UV packing for baked UVs not filling the 0–1 space (smaller or bigger) has been fixed. It makes the resolution assigned to each object work much more reliably if that object’s unwrap is not filling the 0–1 space and also when its bounds are non-square. Please review the resolution on your instances for baked lightmaps.
Shader variant stripping was fixed for realtime lightmaps. Now each lightmaps mode (non-directional, directional and directional specular) variant can be picked for baked and realtime GI separately. Please review your settings if you previously selected a specific lightmaps mode variant in the Graphics window to make that mode work for realtime lightmaps.
Bounce scale has been changed from the arbitrary value of 0.7 to 1.0. The bounce is the product of the albedo and bounce scale. Artists should set real-life albedo values (the brightest non-metallic is snow with 0.9). This is our PBS reference http://forum.unity3d.com/threads/official–5–0-pbr-calibration-charts.289416/
Since you should author physically correct albedo, it makes sense for us to set the scale close to 1. We already clamp albedo values in the meta pass, so the bounce scale should just be 1.0f.
Please note that if you choose to set albedo to 1.0 in a custom meta pass without clamping, then the scene can look like it’s exploding with light.
“Fixed Function” style shaders (the ones that use SetTexture, Lighting On etc.) internally get turned into actual shaders at shader import time now. Upside is that they now work on all platforms (previously did not work on consoles), and with more consistency. Also a lot of code and fixed function related inefficiencies got removed from runtime, making rendering a bit faster. Downside is, creating fixed function shaders at runtime - using
new Material(fixedFunctionShaderString) - does not work anymore. That constructor was deprecated in Unity 5.1, and now in 5.2 it actually stopped working for fixed function shaders.
We’ve changed how Reflection Probes are rendered when using Deferred Shading, in order to allow “screen space reflections” effects in the future. Short version is: in deferred shading, reflection probes are per-pixel instead of per-object now.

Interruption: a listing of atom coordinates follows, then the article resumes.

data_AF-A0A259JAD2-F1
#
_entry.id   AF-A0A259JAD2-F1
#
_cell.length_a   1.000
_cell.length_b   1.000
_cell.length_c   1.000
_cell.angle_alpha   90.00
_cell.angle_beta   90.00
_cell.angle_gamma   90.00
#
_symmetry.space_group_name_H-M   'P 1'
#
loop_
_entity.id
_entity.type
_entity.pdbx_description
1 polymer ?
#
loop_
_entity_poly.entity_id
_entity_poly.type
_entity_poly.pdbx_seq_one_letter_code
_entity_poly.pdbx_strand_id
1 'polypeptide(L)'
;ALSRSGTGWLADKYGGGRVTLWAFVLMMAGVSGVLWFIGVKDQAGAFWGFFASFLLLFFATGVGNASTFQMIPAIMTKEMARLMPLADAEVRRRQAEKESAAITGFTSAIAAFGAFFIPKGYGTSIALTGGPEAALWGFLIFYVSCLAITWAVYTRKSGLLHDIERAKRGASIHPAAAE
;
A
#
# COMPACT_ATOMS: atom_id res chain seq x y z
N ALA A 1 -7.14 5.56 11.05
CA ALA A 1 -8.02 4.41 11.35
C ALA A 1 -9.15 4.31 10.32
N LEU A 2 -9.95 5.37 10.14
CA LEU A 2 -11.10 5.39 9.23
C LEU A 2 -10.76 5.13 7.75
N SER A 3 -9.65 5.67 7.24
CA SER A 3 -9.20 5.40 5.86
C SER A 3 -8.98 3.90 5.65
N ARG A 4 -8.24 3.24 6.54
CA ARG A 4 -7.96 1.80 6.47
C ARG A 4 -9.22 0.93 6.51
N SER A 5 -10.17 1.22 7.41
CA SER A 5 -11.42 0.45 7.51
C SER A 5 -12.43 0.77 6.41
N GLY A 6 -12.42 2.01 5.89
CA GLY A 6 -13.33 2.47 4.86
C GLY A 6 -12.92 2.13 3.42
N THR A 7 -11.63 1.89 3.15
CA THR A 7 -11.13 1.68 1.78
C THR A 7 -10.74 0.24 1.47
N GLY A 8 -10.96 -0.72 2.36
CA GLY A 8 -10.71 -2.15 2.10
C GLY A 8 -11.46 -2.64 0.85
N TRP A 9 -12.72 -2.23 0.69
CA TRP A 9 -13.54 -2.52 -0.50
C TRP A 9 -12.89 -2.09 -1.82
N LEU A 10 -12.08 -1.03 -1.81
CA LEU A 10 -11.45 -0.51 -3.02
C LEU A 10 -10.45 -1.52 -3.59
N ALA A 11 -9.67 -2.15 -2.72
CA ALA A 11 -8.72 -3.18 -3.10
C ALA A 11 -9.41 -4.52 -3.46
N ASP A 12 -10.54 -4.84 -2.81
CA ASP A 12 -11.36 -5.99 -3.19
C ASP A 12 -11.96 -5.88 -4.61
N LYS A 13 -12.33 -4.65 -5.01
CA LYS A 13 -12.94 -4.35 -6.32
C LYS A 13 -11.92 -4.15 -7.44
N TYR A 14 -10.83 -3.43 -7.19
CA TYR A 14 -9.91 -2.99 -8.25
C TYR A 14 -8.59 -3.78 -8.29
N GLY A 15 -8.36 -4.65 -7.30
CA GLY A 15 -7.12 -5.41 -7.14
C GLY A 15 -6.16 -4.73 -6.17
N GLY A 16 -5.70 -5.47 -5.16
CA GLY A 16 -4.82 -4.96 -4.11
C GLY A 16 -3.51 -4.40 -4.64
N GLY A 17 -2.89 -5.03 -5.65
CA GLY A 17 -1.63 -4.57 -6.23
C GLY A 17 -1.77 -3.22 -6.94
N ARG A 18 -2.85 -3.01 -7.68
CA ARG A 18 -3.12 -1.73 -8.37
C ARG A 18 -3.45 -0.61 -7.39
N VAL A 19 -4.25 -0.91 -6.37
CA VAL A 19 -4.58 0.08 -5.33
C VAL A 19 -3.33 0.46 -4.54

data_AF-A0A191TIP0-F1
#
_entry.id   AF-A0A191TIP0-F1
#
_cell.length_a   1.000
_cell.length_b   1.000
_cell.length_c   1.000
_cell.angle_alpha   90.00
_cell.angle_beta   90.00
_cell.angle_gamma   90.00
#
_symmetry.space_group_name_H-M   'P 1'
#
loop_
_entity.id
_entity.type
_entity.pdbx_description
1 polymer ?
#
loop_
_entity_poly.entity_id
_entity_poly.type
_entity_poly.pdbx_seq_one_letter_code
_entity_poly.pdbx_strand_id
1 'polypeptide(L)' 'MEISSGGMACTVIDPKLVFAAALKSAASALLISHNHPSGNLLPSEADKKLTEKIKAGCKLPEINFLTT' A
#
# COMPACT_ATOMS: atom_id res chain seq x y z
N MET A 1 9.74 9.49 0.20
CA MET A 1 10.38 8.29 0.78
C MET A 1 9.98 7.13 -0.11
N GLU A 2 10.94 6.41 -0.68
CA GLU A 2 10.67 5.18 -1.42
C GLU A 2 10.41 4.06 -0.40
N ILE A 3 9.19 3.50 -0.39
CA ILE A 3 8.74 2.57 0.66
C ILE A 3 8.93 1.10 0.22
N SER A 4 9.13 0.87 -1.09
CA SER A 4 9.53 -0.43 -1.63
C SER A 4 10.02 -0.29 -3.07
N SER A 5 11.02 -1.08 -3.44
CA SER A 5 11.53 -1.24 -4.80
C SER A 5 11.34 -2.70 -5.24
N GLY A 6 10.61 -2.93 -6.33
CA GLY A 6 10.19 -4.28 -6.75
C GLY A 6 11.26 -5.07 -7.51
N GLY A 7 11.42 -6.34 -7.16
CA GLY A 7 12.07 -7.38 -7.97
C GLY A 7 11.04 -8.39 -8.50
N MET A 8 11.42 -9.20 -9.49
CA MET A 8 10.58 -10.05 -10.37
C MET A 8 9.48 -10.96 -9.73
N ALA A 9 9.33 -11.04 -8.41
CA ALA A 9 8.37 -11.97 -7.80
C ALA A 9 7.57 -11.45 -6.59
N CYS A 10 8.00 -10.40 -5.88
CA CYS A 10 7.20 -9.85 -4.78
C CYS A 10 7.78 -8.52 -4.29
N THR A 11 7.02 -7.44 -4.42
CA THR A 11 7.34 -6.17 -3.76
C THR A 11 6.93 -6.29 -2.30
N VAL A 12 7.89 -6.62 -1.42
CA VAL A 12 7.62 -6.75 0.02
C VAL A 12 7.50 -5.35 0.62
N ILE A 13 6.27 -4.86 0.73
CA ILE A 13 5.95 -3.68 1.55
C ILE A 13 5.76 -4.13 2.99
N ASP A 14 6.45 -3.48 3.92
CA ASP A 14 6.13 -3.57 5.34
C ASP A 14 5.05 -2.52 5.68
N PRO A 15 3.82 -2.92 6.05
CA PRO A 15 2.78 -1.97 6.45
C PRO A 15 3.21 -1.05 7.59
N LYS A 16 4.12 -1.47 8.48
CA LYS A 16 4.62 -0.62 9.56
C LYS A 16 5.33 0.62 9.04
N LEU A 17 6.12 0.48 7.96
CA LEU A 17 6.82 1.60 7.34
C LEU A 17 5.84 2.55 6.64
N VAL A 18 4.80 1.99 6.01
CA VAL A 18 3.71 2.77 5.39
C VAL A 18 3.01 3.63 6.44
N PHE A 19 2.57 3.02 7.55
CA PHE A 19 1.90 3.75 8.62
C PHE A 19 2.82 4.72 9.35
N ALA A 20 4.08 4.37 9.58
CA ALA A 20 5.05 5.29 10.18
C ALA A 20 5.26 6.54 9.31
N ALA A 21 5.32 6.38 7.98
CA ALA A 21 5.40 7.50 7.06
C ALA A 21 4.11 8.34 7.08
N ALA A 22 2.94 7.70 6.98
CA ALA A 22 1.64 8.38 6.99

Comparison of current behavior (reflection probes per object; in some cases hard to avoid harsh reflection transitions between large objects) and reflection probes per pixel (transitions much less visible; and they happen at probe boundaries not at object boundaries):
Before (5.0 and 5.1)
Reflection probes are sampled during the G-buffer pass, in exactly the same way as in forward rendering. They are written into “emission” buffer together with light probes, lightmaps and emissive material parts.
This meant you get one (or two, when probe blending is on) reflection probes per object.
Reflections being together with emission/lightmaps in the same buffer means that doing SSRR “properly” is hard. SSRR provides reflections by itself (and falls back to reflection probes where it can’t), but it does not know which part of “emission buffer” color is coming from reflection probes.
When using deferred shading, do not sample reflection probes during G-buffer pass.
Instead, after the G-buffer is done, make a separate “deferred reflections” pass that draws reflection probes as boxes in screenspace; that output reflection information into a separate render target.
[Future: SSRR effect will use this separate reflections buffer]
Combine reflections buffer & emission buffer at the end.
What does this mean? (everything below only affects deferred shading)
Reflection probe Renderer flags (probe blending, etc.) are ignored; everything is affected by reflection probes in the same way (since it happens in screenspace now). This is very similar to how “receive shadows” flag is ignored in deferred shading.
Particles are now generated in world space, which may require an update to any custom vertex shaders. This change was made in order to allow re-use of the particle buffers between each eye for VR.
Mesh particles now support the Texture Sheet Animation module. It’s worth checking that your existing effects do not have this enabled by accident, otherwise you may see a change in behaviour.
The Dampen parameter in the Limit Velocity over Lifetime module used to have a stronger effect at higher framerates. This has been fixed, and if your game is targetting 30fps, your old effects will be unaffected by this change. However, if your game targets a differnet FPS, you can update the Dampen value using this formula, to ensure your effect is unchaged in 5.2:
newDampen = 1.0f - pow(1.0f - oldDampen, targetFPS / 30.0f);
Material.CopyPropertiesFromMaterial now also copies shader keywords and render queue. If you were relying on them being not copied, you’ll have to change your code.
SpeedTree materials now need to be re-generated as there are changes to SpeedTree built-in shaders. You could do so by selecting SpeedTree prefabs in your project and hit “Apply & Generate Materials” button. Please be noted that by doing so your customisations to the generated material assets (if any) will be overwritten.
In 5.2 we have combined the shaders that text and normal UI element rendering users. A side effect of this is that if you specify a manual font texture in a 32bit format then the color channels will be honored. This means that black texture channels will result in black text where previously the text would be white (we only looked at the alpha). If you wish to use custom textures for your fonts do one of the following:
The way the project identification is handled has changed in Unity 5.2, now the project is automatically registered and you do not need to manually enter an ID anywhere. There is a Multiplayer panel in the Services Window (open it with cloud icon in upper right corner) and in there you can find a deep link directly to the project on the website (Go to dashboard). When configured the Multiplayer configuration will appear here.